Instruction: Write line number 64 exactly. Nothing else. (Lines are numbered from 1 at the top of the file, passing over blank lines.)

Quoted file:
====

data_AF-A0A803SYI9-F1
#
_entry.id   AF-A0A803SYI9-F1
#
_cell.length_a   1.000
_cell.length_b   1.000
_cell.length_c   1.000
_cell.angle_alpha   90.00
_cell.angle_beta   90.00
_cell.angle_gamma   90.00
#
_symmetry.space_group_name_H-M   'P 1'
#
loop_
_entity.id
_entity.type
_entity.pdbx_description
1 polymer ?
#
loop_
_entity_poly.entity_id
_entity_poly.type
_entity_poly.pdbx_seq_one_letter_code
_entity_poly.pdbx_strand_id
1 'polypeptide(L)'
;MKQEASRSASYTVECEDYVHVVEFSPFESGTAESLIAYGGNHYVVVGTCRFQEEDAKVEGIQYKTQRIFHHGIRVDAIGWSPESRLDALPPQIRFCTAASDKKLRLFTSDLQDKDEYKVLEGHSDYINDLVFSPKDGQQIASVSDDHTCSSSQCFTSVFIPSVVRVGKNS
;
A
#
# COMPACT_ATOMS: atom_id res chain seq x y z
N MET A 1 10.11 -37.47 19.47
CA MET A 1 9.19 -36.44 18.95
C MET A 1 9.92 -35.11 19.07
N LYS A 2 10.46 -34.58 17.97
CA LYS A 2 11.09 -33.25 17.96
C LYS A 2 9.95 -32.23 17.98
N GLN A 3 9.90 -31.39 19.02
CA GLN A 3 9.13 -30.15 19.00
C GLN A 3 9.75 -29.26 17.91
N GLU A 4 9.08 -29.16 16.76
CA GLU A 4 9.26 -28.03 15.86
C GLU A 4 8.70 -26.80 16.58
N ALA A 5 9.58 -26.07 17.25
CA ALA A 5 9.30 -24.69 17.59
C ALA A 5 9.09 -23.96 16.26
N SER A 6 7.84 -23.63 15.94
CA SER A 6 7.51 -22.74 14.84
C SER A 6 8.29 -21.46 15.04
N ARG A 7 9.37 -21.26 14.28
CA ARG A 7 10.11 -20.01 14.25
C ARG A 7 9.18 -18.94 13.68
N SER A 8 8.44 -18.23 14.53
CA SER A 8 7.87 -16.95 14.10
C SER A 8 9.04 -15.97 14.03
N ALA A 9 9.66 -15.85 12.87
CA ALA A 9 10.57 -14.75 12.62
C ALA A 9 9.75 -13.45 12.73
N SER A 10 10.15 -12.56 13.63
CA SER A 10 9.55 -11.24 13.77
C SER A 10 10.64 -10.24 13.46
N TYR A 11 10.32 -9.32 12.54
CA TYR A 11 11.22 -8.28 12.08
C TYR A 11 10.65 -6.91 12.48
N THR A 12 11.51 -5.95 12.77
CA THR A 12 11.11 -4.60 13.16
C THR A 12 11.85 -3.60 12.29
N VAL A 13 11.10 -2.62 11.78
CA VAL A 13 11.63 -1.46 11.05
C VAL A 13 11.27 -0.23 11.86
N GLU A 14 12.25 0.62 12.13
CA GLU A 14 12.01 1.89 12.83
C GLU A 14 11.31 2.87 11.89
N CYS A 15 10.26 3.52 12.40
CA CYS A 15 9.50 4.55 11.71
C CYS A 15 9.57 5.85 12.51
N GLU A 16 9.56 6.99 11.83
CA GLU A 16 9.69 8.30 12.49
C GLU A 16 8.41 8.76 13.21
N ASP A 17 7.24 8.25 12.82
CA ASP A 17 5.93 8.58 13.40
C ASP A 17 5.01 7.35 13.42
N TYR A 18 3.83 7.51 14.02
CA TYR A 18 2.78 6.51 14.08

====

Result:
N THR A 12 11.51 -5.95 12.77